Speaking this week to BBC Radio 5 Live’s Rugby Union Weekly, British and Irish Lions coach Warren Gatland has talked about his excitement for the Lions’ 2021 tour to South Africa.
“I wanted England to win the World Cup, thought it would have been brilliant for the Northern Hemisphere,” confirmed Gatland, speaking to show’s host Ugo Monye. “But if I look from a purely selfish point of view, it makes the Lions even more exciting, going to South Africa, playing the World Champions.”
This point holds. However disappointing England’s World Cup final defeat was, you’d be hard pushed to argue it doesn’t account for a better Lions tour.
Had England walked over the Springboks, then Northern Hemisphere’s dominance over South would have been assumed. Gatland would have taken the majority of that World Cup winning squad whilst including a few ‘best of the rest’, and the narrative in the build-up would be ‘can South Africa overcome World Cup demons?’ or something to that effect.
Instead, the Lions will now go to South Africa gearing up to play the World Champions. It will be a proper battle: the best in the world versus the best the Northern Hemisphere has to offer. Gatland will be encouraged to pick a more eclectic Lions squad. One that will pose a different threat to South Africa than England’s who could not contest with the Springboks’ intensity and physicality.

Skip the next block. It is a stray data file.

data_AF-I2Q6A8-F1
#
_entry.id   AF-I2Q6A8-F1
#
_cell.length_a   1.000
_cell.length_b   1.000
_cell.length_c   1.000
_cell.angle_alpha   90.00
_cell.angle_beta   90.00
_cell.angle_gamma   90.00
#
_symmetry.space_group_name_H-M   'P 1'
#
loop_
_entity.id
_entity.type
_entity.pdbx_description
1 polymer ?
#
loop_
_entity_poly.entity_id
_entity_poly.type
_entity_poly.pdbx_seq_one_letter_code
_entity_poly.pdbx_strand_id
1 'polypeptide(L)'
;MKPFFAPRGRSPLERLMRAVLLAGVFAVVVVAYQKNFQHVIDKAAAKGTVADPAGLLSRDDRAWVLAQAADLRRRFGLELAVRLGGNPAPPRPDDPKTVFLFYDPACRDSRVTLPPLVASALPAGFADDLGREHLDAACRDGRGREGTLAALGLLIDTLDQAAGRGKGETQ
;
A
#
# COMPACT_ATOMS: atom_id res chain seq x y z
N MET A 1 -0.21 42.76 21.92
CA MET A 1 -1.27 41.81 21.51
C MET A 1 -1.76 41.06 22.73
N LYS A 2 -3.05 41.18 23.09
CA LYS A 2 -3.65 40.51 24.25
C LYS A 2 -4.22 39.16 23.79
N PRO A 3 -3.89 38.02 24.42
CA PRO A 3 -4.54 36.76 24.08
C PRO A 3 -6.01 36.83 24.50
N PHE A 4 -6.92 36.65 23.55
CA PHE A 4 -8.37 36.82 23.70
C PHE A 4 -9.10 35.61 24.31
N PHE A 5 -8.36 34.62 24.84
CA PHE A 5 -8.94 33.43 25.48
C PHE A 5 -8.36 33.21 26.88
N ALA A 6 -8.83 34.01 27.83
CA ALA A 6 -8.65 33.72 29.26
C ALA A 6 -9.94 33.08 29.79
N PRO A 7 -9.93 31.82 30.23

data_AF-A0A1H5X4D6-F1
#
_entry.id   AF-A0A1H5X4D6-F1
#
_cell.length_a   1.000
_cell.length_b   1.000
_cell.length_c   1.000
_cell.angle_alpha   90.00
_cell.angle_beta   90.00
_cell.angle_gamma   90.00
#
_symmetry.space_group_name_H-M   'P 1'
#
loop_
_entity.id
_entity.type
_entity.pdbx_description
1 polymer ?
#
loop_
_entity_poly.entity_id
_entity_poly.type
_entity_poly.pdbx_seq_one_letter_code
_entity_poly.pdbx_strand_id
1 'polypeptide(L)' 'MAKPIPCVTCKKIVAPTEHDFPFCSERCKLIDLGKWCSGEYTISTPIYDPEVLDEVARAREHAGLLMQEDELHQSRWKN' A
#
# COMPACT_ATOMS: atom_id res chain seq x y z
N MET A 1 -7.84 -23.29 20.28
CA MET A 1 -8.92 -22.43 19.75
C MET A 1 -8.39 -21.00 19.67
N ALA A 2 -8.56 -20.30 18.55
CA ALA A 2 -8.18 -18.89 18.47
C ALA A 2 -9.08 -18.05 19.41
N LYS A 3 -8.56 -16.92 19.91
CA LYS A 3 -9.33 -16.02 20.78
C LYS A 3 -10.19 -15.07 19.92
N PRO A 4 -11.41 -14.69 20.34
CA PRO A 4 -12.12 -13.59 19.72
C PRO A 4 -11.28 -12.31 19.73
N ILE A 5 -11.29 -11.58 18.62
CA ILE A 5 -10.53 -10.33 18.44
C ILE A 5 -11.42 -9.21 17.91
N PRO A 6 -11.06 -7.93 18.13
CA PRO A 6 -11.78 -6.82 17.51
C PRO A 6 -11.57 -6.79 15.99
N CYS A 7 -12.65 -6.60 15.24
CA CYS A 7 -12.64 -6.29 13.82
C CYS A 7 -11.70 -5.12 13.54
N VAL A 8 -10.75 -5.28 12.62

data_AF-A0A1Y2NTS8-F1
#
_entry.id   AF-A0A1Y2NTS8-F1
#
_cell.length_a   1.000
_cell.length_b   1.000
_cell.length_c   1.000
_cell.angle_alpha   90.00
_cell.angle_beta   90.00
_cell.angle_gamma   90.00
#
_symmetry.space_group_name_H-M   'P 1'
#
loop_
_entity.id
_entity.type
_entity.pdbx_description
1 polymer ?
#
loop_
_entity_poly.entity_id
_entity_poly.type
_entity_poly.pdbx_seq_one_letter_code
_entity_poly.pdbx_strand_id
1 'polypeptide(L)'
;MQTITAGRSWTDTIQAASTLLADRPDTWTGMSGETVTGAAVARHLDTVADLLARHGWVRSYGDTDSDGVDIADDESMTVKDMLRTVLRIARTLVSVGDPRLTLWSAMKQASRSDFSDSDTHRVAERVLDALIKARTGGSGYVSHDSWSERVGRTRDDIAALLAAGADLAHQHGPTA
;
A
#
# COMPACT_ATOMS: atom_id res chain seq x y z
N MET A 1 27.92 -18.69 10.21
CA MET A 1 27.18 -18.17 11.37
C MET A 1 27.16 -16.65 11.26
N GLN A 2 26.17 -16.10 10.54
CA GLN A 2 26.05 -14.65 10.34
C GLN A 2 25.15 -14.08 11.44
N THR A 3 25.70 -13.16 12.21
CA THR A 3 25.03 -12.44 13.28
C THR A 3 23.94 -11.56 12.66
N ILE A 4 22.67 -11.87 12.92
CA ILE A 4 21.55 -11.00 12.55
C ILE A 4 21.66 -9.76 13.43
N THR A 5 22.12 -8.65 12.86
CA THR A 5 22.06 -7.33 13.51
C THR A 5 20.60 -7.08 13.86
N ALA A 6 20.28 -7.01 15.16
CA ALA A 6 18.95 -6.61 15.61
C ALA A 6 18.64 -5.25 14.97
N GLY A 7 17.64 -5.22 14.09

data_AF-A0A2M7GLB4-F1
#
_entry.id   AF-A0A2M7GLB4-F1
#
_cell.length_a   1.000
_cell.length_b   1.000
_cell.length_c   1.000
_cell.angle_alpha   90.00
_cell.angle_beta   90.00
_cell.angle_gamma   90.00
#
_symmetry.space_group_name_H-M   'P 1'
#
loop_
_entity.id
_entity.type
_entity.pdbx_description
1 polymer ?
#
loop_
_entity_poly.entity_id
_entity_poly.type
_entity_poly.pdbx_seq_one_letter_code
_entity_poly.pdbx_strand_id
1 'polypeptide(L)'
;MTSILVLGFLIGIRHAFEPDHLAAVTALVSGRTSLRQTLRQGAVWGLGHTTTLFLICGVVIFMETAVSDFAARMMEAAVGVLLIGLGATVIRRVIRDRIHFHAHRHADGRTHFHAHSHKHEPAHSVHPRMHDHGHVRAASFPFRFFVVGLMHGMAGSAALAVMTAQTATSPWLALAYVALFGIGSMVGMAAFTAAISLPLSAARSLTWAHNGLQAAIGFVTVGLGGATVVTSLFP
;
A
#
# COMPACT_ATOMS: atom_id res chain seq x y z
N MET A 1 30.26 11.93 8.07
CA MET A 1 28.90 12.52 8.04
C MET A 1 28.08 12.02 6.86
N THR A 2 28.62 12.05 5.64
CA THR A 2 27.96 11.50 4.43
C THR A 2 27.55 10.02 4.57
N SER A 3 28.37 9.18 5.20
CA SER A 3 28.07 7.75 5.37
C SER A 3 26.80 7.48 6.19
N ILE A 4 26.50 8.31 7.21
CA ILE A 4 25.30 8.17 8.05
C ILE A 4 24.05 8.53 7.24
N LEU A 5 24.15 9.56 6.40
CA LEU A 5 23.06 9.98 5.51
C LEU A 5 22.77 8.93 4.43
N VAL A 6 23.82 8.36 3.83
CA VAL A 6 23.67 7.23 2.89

This is better for the Lions for two reasons.
Firstly, above all the Lions tour should be a challenge. An opportunity for players to raise their game, an event on which many individuals define their career. For it to be a challenge, you have to be playing the best sides in the World. 2017’s tour to New Zealand was a perfect example of this. The Lions knew they were playing the best team in world rugby at that moment and that they needed to lift it individually and as a group to come out on top. The tied series was phenomenal, and a superb advert for rugby.
Secondly, it’s more fun when one nation does not dominate the squad. The beauty of the Lions is that it is a coming together of four nations, not the core of one national side with a few extras added for good measure. It’s a laugh seeing two props that last Six Nations were at each other’s throats prepare to scrum down together, it feels like a fantasy team, and it creates more of an aura around the squad.
Gatland’s selection is still a way off. But the prospect of defeating the World Champions will be only beneficial to the Lions tour.
By Will Sewell